Submitted by Jenny Bushaw on
In September 2014, American Institutes for Research (AIR) released The Study of Deeper Learning: Opportunities and Outcomes. Recently, I sat down with Catherine Bitter, the deputy project director for the study, to learn more about deeper learning.
CCRS Center: What is deeper learning?
Catherine Bitter: Deeper learning has been an evolving concept, but there has been a common, growing recognition that just academic knowledge and skills are not enough for students to be successful in today’s day and age. There’s a growing recognition that students need to develop communication skills, need to be able to work with others, and need to learn how to learn. They also need to develop what’s been termed “mindsets” in order to do well—things like motivation and perseverance. In addition, they need to apply what they learn to new and different situations and problems. Essentially, deeper learning is considered to be a combination of the deep content knowledge that students still need to develop; the ability to apply that content knowledge to new and different situations; and then the development of additional competencies, such as communication and collaboration skills, an understanding of how to learn, and these mindsets.
For the purposes of AIR’s study on deeper learning, we focused on the Hewlett Foundation’s six dimensions of deeper learning (identified through research on the literature surrounding the concept of deeper learning):
- Mastery of core academic content
- Critical thinking and problem-solving
- Effective communication
- The ability to work collaboratively
- Learning how to learn
- Academic mindsets
CCRS: If someone visited a classroom, what would they see that would tell them it is a class focused on deeper learning? Are there different expectations for the students?
CB: We looked at this during the study by visiting 19 schools focused on deeper learning and talking with administrators, teachers, and students. We learned that schools are implementing deeper learning in many different ways. There’s not just one way to do it, but we did see some common features:
- Project-based learning: Students work on short- or long-term (semester-long) projects that may have a lot of different facets. Students may be doing some fieldwork, they may have speakers come to the school, or the students may give presentations to audiences outside of the school. Much of the project-based work we heard about enabled students to make real-world connections by focusing on real-world problems and providing opportunities for students to engage with the community. This work also aimed to help students develop skills such as communication and collaboration, in addition to content knowledge and problem-solving skills.
- Collaborative group work: We heard a lot about students working together with assigned roles within group projects, focused on both learning academic content and developing teamwork skills.
- How students are assessed: In addition to formative assessments, teachers reported using longer term, cumulative assessments such as students’ creating portfolios of their work over the course of the semester to demonstrate what they learned. In some schools, students have exhibitions where they present on projects that they worked on throughout the year.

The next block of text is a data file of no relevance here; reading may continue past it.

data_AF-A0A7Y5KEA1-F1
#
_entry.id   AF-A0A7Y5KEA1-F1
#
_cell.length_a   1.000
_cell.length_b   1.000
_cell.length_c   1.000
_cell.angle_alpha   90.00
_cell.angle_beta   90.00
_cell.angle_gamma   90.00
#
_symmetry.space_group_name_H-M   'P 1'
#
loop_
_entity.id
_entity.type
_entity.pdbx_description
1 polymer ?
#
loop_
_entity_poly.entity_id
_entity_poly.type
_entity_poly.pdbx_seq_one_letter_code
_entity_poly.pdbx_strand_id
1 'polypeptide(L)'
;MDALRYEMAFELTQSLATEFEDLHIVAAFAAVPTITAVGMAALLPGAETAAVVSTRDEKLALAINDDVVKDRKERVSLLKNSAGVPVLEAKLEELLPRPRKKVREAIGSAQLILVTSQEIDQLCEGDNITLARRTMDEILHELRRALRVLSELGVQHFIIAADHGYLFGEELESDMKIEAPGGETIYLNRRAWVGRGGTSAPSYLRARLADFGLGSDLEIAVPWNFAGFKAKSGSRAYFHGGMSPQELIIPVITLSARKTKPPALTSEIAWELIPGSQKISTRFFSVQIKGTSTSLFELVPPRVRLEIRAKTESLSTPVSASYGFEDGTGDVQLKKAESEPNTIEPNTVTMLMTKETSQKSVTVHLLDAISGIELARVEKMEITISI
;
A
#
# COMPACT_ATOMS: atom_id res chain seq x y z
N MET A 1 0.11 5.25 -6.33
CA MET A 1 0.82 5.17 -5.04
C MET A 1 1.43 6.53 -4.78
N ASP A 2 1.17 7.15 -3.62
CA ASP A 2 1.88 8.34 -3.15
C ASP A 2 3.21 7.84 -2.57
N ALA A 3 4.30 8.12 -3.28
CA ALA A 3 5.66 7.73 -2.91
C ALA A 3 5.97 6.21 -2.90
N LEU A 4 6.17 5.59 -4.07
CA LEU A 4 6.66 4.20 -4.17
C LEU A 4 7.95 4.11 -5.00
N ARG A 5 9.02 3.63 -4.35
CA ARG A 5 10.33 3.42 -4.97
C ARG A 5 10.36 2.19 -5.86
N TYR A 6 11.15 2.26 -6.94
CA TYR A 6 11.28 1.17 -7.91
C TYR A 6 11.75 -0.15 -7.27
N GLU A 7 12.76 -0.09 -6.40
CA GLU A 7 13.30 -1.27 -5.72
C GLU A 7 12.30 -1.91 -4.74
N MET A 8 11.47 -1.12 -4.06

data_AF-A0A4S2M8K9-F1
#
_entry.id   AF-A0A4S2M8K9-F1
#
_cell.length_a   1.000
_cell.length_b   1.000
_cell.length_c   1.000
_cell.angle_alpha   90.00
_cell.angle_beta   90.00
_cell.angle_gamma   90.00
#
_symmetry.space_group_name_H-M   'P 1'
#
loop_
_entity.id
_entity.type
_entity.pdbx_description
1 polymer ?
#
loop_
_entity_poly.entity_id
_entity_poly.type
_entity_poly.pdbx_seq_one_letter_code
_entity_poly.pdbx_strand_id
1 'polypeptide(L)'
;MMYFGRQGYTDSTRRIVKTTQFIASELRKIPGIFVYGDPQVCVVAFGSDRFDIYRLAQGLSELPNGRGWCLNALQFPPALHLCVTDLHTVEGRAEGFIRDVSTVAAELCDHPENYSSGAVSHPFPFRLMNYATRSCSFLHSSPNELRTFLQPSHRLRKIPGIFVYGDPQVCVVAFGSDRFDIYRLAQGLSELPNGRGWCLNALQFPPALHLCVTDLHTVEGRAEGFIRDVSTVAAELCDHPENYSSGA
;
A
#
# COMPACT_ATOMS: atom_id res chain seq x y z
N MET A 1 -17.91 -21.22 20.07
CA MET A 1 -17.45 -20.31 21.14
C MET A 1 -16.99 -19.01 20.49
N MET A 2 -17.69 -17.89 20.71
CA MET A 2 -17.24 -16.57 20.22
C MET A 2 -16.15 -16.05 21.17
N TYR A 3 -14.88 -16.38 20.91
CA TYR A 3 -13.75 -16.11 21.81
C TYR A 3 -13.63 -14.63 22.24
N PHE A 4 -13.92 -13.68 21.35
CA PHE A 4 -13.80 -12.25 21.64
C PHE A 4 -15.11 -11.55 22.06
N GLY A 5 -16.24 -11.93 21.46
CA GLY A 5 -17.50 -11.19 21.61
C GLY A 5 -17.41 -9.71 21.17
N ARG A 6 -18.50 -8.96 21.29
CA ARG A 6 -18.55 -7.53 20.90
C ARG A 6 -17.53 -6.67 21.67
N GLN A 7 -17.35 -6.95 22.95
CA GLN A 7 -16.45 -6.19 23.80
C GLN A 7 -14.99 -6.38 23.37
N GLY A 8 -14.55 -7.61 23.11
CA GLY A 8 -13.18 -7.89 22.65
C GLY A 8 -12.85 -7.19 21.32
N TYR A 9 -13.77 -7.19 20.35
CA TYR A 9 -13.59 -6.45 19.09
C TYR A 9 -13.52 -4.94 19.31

- Internships: We focused our research only on high schools, and 14 of the 19 schools we visited had some sort of internship program with the community. Some internships were more intense than others, but all worked toward developing interpersonal and intrapersonal skills and provided students with real-world experience.
- Structures that support deeper learning: Many schools had advisory classes that were focused on personalizing instruction and creating a community feeling at the school. For example, some schools made sure that each student had an adult that knew him or her well and could help him or her focus on the skills they needed to develop. Other types of structures we saw were flexible schedules that allowed for fieldwork and block schedules, so students had more time for in-depth project work.
CCRS: Do schools that institute deeper learning have different report cards that give a grade for perseverance, teamwork, communication, and other “soft skills”?
CB: That’s a good question. Our research didn’t focus on grading policies, but we did hear from some schools that they’re starting to set goals for students related to some of these skills. For example, one school instituted a “Habits of Work” goal. If students exhibited good work habits, for example, time management, they received additional flexibility to revise and perfect some of their assignments.
We also saw that the longer term projects mentioned earlier were typically graded on a rubric, and the rubric could include measures such as communication skills, teamwork skills, how well students collaborated with each other, etc. Therefore, we did see evidence that these different types of dispositions and soft skills are working their way into the assessment process.